Ratzinger opposes Turkey’s proposed inclusion in the EU, precisely because it is Muslim in religion.: “Turkey has always represented a different continent, always in contrast with Europe,” he has said, adding: “Europe was founded…on a common faith [by which he meant, of course, Roman Catholicism]” (FrontPageMagazine.com, April 20, 2005). Clearly, the Vatican has seen that, as in centuries past, Romanism and Islam, the two largest and most powerful religions in the world, are squaring up; and it has put a man at the helm who desires and will work for a Roman Catholic Europe at all costs.
Symbolism is extremely important within Roman Catholicism. It may seem a relatively small matter to those unfamiliar with Vatican intrigues and plots, but the choice of the name “Benedict” carries with it far-reaching implications. It will play its own part in extending and cementing Roman Catholic influence in the Europe of today.
What about Ratzinger’s stance with regard to ecumenism, the Vatican’s desire to absorb all “churches” and control them? In this he is following the path his predecessor trod as well. He made this clear after celebrating mass with the cardinals who elected him, pledging that he would lead the Roman Catholic institution on the path of “unity”, “dialogue” and Roman Catholic “evangelization”. He said that, like John Paul II, he was committed to ecumenism, and to “continue in the task of implementing the Second Vatican Council.” He even pledged to make ecumenism a special priority, calling it a “compelling duty”, and added that he would “spare no energy” in seeking to bring all “churches” together (The Southern Cross, April 27 to May 3, 2005).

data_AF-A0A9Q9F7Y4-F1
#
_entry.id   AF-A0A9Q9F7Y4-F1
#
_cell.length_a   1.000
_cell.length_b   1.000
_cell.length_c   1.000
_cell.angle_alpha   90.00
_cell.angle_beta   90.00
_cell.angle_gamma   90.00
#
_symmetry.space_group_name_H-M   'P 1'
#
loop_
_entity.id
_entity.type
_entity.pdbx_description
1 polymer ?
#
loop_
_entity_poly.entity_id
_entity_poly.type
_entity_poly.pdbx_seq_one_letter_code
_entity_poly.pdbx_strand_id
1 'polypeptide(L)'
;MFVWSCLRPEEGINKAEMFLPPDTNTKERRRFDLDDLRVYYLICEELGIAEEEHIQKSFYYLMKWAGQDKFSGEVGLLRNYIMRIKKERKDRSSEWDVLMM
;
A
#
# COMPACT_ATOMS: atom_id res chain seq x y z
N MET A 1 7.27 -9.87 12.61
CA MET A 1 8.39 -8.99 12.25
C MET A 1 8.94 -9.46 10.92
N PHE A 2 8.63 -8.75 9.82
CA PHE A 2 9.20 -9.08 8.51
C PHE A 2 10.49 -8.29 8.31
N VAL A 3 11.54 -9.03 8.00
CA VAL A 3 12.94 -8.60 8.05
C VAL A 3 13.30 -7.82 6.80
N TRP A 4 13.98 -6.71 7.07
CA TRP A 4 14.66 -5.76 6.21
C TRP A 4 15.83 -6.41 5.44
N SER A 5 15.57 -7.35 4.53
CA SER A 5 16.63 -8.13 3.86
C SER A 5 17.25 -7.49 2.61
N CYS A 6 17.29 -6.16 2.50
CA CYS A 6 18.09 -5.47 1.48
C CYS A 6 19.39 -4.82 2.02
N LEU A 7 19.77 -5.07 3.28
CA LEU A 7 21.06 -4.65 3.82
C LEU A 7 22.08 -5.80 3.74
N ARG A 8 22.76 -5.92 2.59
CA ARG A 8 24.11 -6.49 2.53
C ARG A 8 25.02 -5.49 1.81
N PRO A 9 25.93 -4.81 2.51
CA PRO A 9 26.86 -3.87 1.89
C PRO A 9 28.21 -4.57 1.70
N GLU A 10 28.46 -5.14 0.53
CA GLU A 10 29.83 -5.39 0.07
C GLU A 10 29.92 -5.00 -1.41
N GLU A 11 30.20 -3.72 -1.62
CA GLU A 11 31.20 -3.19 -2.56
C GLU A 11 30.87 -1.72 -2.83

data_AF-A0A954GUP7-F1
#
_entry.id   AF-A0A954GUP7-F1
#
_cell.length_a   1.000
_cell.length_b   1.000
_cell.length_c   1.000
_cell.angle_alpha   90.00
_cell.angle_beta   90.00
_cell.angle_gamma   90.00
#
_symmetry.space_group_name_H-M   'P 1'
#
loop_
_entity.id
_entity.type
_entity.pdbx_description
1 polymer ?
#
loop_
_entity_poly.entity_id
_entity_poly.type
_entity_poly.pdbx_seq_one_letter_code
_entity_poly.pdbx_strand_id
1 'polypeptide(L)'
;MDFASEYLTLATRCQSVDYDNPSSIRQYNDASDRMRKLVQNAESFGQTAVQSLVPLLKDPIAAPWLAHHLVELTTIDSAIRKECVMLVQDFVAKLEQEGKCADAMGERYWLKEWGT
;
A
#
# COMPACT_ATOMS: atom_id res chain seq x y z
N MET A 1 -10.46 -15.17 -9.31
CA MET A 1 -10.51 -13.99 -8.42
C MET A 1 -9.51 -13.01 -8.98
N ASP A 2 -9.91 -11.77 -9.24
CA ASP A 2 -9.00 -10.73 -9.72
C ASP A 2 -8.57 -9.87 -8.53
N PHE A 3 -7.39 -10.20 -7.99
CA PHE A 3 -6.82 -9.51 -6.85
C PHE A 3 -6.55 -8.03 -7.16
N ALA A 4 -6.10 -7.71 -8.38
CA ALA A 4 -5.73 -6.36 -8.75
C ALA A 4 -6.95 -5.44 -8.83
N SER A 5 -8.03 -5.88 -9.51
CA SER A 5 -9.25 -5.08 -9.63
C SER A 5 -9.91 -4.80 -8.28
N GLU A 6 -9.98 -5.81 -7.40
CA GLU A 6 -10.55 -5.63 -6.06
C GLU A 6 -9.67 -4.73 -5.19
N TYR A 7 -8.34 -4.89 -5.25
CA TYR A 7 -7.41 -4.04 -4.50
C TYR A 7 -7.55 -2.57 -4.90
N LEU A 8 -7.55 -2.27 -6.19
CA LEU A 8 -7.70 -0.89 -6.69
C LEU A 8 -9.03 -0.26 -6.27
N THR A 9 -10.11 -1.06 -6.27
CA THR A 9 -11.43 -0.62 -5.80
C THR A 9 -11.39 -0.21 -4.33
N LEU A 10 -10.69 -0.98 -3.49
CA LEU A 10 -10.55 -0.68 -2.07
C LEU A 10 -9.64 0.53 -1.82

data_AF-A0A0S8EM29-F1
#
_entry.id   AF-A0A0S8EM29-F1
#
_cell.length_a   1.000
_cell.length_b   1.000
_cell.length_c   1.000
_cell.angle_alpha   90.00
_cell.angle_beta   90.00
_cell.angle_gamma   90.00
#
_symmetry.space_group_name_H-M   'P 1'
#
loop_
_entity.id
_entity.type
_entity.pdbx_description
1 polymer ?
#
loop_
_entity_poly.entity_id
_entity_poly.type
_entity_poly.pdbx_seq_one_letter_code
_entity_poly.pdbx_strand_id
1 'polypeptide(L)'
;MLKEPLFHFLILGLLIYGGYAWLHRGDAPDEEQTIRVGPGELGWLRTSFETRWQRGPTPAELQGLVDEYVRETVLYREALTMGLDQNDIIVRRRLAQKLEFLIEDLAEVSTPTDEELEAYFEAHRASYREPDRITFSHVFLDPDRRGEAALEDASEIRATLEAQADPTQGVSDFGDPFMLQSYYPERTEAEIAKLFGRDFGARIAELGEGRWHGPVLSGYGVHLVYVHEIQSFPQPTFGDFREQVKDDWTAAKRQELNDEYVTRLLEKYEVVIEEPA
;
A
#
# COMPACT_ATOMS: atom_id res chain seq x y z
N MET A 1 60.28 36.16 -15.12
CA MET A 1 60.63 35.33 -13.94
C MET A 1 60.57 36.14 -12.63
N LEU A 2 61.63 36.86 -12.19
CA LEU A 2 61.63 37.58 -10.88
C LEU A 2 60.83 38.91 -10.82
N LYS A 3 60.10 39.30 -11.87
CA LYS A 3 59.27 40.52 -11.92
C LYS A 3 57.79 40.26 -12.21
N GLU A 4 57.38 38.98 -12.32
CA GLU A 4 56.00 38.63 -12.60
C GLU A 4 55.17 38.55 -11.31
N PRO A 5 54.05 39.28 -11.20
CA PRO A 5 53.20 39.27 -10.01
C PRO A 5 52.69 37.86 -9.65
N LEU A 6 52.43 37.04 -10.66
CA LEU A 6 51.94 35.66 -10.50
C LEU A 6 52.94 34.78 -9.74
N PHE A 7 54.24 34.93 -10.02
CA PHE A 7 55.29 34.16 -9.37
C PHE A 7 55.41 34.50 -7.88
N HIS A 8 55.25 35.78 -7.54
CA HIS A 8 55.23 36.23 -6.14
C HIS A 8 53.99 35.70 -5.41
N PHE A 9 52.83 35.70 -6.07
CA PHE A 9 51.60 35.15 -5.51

We should not expect any major changes, then, in the Vatican’s pro-ecumenical stance. Ecumenism has been a very powerful tool in Rome’s hands, to gain control over the Protestant denominations, to silence all opposition to Roman Catholicism, and to promote itself as the “Mother Church” to which all others must return. The ecumenical movement has been one of Rome’s greatest weapons ever since the Second Vatican Council in the 1960s, and under John Paul II it made huge advances. Under Benedict XVI there is every indication that this will continue.
15 August 2005
Shaun Willcock is a minister of the Gospel, and lives in South Africa. He runs Bible Based Ministries.
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